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As you know, notaries are human and can make mistakes. Unfortunately, those mistakes can sometimes result in the loss of the savings in your bank. Errors and Omissions (E&O) insurance can give you peace of mind by covering any inconsistencies or oversights that could occur during the notarization process, as well as even protect you from any false claims made against your bond.
However, there are a few misconceptions as to how E&O insurance works for notaries. When deciding on coverage for your notarial business, consider the following:
E&O insurance does not cover any intentional mistakes on your part or fraudulent activity. However, if a client files a claim against you for a mistake you made during notarization, your insurance will support your legal defense and pay any damages caused by the error. For example, if you notarized a power-of-attorney document for someone who is later found to be negligent or incompetent in handling their responsibilities, you would be covered by E&O insurance; while this person did not claim a false identity, their negligence can still have financial and emotional consequences for those affected by your authorization.
A surety bond protects your clients—not you as their notary—and is often required by state law. If you make an error that affects your clients, the clients may make a claim against your surety bond. However, you will need to reimburse the bond company for that claim and endure steep consequences, including court fees, a legal defense, and any damages paid to the suing party. Therefore, E&O insurance is good to have as protection for yourself to recover any financial losses from a claim.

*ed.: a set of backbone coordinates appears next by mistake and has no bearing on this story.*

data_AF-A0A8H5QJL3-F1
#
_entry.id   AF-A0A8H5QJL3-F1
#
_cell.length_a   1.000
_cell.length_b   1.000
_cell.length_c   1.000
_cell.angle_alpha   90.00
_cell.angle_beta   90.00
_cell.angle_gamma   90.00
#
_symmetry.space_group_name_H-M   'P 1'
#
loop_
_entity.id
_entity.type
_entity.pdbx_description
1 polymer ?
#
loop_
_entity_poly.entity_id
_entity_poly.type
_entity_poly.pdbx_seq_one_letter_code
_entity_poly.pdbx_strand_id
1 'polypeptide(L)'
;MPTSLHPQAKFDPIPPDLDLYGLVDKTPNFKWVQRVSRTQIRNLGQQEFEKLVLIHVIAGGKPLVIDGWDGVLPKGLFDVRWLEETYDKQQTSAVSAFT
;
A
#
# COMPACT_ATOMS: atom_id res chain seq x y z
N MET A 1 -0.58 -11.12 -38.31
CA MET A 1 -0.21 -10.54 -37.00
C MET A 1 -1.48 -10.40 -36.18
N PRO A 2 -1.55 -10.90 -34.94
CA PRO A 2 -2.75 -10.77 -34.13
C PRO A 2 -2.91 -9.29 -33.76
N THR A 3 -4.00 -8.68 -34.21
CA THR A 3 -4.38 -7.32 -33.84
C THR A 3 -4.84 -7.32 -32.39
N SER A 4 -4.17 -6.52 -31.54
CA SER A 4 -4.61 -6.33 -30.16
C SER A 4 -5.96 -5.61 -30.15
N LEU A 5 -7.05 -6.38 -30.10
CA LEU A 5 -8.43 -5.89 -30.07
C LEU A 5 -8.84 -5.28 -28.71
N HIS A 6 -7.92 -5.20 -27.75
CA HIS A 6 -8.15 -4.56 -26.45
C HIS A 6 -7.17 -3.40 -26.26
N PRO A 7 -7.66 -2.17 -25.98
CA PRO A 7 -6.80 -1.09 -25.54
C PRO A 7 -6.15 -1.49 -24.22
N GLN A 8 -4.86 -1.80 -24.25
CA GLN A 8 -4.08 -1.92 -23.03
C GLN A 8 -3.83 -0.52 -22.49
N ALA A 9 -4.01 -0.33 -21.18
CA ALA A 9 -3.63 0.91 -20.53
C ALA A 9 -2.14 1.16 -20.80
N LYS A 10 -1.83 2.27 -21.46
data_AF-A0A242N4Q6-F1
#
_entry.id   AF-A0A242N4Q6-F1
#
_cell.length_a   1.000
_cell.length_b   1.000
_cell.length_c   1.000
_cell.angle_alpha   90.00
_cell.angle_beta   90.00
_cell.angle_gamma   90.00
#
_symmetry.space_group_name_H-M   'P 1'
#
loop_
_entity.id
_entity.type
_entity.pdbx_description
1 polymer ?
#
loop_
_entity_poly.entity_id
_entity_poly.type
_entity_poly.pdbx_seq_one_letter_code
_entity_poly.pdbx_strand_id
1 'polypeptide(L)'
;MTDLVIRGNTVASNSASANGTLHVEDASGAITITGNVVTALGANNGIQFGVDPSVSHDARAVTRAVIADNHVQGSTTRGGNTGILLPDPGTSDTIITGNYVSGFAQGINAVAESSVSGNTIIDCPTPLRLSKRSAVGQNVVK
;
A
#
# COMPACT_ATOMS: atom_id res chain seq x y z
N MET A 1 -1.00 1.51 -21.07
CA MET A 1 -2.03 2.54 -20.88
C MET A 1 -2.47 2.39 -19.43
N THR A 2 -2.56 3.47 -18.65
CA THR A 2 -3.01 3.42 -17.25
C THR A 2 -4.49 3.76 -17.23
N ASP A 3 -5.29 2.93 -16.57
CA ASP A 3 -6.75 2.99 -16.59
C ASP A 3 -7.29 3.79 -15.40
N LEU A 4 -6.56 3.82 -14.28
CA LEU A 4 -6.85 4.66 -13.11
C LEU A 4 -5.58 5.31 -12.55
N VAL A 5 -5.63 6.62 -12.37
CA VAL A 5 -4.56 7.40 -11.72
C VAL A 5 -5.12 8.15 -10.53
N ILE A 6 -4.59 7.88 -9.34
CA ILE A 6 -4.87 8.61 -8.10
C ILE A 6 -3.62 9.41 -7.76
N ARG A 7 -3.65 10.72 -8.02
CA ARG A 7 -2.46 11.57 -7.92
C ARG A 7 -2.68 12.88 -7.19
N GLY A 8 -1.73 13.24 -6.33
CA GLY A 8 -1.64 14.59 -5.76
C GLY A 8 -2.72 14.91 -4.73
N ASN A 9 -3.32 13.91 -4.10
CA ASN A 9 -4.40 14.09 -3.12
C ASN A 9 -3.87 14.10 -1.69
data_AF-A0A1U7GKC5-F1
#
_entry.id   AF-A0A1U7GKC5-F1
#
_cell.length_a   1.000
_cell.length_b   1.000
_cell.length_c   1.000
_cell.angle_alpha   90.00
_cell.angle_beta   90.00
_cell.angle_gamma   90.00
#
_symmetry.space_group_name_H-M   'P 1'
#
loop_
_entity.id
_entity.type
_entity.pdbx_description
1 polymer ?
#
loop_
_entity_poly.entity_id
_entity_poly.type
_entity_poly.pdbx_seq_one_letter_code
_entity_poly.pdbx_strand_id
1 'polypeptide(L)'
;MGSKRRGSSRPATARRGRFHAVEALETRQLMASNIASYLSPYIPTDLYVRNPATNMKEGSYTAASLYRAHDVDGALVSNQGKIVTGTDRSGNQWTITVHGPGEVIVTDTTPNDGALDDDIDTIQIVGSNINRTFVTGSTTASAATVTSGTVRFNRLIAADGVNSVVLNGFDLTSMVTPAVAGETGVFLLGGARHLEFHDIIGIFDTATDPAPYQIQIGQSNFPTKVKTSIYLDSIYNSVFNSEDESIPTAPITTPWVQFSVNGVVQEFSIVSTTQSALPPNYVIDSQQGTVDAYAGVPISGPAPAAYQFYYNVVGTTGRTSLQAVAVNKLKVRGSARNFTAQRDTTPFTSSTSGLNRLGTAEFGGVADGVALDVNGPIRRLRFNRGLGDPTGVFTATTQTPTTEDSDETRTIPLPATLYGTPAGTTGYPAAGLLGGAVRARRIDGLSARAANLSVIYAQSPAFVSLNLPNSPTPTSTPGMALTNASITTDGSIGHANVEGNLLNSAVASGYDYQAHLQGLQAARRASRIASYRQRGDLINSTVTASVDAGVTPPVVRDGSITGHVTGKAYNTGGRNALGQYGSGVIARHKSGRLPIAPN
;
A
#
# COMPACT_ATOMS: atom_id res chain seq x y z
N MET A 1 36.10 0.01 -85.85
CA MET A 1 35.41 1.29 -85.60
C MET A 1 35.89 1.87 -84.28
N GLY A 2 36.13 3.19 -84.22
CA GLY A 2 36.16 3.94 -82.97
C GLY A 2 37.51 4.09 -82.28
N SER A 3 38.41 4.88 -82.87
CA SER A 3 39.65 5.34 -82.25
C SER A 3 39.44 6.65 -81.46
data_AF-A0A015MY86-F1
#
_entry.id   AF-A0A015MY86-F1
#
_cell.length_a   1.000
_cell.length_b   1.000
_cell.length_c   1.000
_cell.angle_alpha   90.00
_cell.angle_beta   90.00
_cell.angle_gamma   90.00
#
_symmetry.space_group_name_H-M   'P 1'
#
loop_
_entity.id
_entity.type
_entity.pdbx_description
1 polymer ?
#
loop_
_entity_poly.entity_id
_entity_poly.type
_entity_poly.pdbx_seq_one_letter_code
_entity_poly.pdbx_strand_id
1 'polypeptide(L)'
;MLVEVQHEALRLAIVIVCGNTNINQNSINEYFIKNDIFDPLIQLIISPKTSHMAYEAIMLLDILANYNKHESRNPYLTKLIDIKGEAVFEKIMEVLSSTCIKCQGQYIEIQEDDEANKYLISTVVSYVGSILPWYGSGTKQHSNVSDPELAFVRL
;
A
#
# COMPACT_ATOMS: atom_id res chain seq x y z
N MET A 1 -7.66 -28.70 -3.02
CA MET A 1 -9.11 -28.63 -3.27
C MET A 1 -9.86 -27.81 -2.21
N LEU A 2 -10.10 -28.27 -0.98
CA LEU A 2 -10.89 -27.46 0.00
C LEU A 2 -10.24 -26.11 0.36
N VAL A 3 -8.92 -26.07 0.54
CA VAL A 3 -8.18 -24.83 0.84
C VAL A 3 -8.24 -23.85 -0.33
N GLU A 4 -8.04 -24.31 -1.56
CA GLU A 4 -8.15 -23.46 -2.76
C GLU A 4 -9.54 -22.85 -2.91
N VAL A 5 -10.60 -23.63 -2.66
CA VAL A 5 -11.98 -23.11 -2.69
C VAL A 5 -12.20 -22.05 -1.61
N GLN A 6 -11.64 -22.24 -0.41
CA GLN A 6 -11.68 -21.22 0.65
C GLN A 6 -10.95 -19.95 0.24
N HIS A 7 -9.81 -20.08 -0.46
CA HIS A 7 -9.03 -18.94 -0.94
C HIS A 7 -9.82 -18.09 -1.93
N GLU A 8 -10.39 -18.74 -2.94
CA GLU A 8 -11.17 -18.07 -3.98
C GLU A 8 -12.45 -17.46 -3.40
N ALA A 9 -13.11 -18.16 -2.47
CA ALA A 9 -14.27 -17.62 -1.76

There are three main levels of E&O insurance based on your needs. Regular (up to $100,000 in coverage) and high-limit (up to $2 million in coverage) E&O insurance are common for notaries who do not have a contract with a company. These two types of E&O insurance are considered traditional and only cover mistakes you made in the notarization itself.
If you are contractor who is hired to perform notarization for high-risk documents, such as loans, you may be required to have signing agent E&O insurance. Signing agent E&O insurance provides a bit more coverage for notaries, including:
If you have an occurrence-based policy, you will be covered for any mistakes that occur within your period of insurance coverage; this coverage lasts after your policy has expired. However, if you or your employer chooses claims-based E&O insurance, you will not be covered after the end of the policy term—even if the mistake happened when the policy was still active. It is therefore important to research your E&O insurance policy’s terms and conditions and apply for extended coverage as needed should you leave the business.